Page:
# Pressure in branching pipes when diameters are not equal

fraggordon
TL;DR Summary
Trying to solve pressure in branching pipes with non-equal diameters. Inlet flow parameters are given.
Electrical engineer here hi!

I'm little bit out of my comfort zone trying to figure out the following fluid mechanics problem. I have a branching pipe similar to schematic below... ...and I'm trying to find the pressures in branches 1 (p1) and 2 (p2). The d1 and d2 are not equal (d1 = 0.1*d and d2 = 0.5*d) but the lengths l1 and l2 are equal. The inlet diameter (d), flow rate (Q), velocity (v) and pressure (p) are given.

Is it even possible to figure out the p1 and p2 with this little information? If so, where should I start? I imagine that at least following equations will be needed, but I guess I would need something else as well?

1) Conservation of flow rate: Q = Q1 + Q2
2) Conservation of energy (no losses or height difference): 0.5*density*v^2 + p = 0.5*density*v1^2 + p1 + 0.5*density*v2^2 + p2

Homework Helper
Gold Member
Welcome!
Pressure along each branch will change from P1 to P2 values.
That equal delta pressure is what drives each flow.
Naturally, each branch will self-balance its flow percetage according to its own restriction.

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Mentor
Is this a homework problem? If so, we can move it to the homework forum.

You can find the pressure drop from p1 to p2, then p2 if you know p1 (or vice versa).

You know the diameters, lengths, and total flow. The next step is to calculate the flow rates in the two branches subject to the conditions that the sum of those two flow rates is equal to the total flow and the pressure drops are equal. This is an iterative calculation using a Moody chart (search the term).

Gold Member
Electrical Engineer, no problem.

The pressure ## P_i ## is analogous to the Voltage at node ## i ##

The loss of pressure in the pipe between nodes is given by ## \frac{f}{lD}\frac{v^2}{2g} ##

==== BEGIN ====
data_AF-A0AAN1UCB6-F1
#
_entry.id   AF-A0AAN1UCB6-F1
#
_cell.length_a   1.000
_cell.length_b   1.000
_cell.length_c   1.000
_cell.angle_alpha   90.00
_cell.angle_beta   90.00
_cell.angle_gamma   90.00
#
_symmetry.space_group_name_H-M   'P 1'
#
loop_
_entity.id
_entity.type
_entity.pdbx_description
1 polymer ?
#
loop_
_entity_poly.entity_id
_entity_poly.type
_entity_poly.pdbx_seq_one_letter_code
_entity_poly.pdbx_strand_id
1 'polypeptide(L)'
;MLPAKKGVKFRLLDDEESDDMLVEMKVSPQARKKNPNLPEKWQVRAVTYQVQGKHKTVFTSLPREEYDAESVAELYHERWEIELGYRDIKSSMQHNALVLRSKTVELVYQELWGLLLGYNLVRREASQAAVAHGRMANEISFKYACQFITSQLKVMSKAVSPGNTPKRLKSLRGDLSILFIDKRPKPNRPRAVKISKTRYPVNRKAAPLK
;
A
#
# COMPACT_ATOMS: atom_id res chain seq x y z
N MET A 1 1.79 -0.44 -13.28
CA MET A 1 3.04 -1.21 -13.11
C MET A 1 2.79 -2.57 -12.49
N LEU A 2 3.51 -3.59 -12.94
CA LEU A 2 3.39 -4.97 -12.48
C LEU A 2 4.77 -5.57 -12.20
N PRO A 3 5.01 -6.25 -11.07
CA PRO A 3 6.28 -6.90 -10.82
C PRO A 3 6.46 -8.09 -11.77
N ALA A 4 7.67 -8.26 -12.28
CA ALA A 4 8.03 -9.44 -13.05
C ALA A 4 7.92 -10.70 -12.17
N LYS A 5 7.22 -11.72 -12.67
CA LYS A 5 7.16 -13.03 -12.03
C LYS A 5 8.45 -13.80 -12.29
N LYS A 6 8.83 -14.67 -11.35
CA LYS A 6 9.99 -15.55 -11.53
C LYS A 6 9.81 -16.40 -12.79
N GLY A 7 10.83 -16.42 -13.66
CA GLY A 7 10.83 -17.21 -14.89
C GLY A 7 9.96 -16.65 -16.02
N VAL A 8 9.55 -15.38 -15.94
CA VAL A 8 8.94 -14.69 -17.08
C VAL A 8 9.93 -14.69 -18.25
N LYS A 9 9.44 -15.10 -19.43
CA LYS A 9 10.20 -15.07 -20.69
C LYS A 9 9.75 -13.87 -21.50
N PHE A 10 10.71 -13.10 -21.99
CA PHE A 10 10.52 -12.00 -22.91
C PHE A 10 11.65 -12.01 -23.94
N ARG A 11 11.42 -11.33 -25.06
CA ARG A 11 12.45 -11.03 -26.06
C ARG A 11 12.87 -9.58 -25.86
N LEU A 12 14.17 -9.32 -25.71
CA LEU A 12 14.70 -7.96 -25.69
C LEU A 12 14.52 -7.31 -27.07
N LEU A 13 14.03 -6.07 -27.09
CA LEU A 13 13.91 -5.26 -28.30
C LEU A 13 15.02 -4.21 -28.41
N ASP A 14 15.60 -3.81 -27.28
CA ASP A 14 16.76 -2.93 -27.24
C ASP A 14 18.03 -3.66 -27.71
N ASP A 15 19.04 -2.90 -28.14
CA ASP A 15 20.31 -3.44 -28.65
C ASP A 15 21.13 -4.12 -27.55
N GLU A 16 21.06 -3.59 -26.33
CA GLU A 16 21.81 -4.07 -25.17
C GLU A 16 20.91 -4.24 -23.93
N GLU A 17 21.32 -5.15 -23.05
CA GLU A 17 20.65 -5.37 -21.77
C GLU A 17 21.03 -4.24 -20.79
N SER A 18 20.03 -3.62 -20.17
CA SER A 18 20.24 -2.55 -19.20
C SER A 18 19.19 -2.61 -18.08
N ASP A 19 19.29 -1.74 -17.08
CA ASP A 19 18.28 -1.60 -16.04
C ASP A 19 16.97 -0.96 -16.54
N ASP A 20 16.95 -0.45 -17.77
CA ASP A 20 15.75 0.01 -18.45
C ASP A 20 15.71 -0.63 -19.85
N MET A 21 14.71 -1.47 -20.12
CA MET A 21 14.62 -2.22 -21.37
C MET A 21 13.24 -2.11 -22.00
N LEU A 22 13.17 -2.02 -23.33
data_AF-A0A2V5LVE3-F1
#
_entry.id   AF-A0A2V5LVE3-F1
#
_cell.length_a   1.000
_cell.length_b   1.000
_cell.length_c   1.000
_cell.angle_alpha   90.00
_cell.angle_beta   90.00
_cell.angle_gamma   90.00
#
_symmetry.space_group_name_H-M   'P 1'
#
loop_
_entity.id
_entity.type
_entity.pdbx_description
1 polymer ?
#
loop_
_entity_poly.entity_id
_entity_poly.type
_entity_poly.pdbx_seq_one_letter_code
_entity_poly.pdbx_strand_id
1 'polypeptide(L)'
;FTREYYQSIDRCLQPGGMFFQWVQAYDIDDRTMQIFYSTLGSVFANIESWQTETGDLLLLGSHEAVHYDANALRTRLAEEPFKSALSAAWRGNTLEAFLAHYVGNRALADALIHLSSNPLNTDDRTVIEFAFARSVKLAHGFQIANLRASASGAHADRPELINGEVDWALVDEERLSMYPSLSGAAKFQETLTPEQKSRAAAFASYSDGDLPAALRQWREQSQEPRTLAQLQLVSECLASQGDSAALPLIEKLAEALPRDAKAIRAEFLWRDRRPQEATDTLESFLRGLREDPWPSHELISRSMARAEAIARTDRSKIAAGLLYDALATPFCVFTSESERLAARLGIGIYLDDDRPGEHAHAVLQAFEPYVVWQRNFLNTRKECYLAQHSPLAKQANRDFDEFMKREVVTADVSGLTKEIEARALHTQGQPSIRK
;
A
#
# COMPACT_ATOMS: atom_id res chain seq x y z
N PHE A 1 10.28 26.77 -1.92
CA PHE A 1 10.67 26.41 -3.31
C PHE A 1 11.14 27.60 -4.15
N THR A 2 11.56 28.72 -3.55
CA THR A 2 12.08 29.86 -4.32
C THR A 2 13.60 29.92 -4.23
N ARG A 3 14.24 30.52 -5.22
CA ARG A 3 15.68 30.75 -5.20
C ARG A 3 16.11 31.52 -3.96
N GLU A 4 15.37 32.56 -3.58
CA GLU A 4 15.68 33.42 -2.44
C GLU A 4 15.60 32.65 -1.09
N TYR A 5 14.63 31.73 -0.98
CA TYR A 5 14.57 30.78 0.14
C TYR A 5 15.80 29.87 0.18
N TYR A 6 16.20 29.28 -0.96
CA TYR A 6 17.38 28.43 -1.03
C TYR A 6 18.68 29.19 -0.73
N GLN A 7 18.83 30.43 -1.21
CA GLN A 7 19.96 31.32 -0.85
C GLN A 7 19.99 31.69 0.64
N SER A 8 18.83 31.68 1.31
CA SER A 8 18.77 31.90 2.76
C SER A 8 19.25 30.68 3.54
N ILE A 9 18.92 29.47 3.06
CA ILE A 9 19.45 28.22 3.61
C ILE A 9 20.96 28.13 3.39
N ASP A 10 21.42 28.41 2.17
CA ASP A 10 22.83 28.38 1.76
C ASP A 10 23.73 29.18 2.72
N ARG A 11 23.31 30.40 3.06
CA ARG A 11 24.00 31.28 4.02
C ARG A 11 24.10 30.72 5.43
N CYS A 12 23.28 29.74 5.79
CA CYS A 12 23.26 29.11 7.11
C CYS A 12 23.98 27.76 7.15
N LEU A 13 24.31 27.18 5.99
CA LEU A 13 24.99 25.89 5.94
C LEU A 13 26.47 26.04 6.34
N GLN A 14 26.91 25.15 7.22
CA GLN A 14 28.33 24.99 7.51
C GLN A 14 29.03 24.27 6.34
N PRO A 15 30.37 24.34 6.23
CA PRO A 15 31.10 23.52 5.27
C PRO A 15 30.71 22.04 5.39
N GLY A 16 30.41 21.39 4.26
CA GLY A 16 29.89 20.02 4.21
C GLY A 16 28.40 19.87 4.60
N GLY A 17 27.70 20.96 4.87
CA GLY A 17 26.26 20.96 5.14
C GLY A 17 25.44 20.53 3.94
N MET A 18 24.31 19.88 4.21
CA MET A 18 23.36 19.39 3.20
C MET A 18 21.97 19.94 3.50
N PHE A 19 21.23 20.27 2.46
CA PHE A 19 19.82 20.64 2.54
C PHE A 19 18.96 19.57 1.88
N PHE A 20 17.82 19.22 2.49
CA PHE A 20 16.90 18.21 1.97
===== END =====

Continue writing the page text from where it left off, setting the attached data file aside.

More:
You'll want to convert from velocity to volumetric flow rate ## Q ## for each branch, assuming uniform velocity distribution across each branch.

Then you will have to find the Reynolds Number, and as others have pointed out, using it determine an initial estimate for the friction factor ## f ##

From there you are going to get a system of equations that looks something like this:

$$Q = Q_1 + Q_2$$

$$Q_1 = Q_2 k \sqrt{ \frac{f_2}{f_1} }$$

Where ## k ## is a constant comprised of several parameters tied to each branch geometry.

You are going to assume a flow distribution, find the friction factors ## f ## from the Moody Diagram, solve and re-evaluate ## f ## based on the solutions until its change is negligible.

It appears that you are going to need some more information if you are going to actually find the pressure drop between 1 and 2. Namely one of the pressures or the total flow rate should get you there as others have pointed out.

EDIT:

Looking more carefully at your information (2) conservation of energy. Are you really to assume, no losses between section 1 and 2? If that's the case the pressure drop is trivial.

I believe you should have this instead:

$$\frac{P_1}{\gamma} + z_1 + \frac{v_1^2}{2g} = \frac{P_2}{\gamma} + z_2 + \frac{v_2^2}{2g} + \sum_{1 \to 2 } h_l$$

Also, I'm not sure on this, but if there is no friction (inviscid flow) then the flow just splits 50/50 in each branch... regardless of actual branch diameter.

and I'm trying to find the pressures in branches 1 (p1) and 2 (p2).
The pressures in each branch will vary along their length linearly from the common pressure at their junction. So, when you say you are trying to find the "pressure in each branch", the answer is "where" not exactly a "what".

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• Lnewqban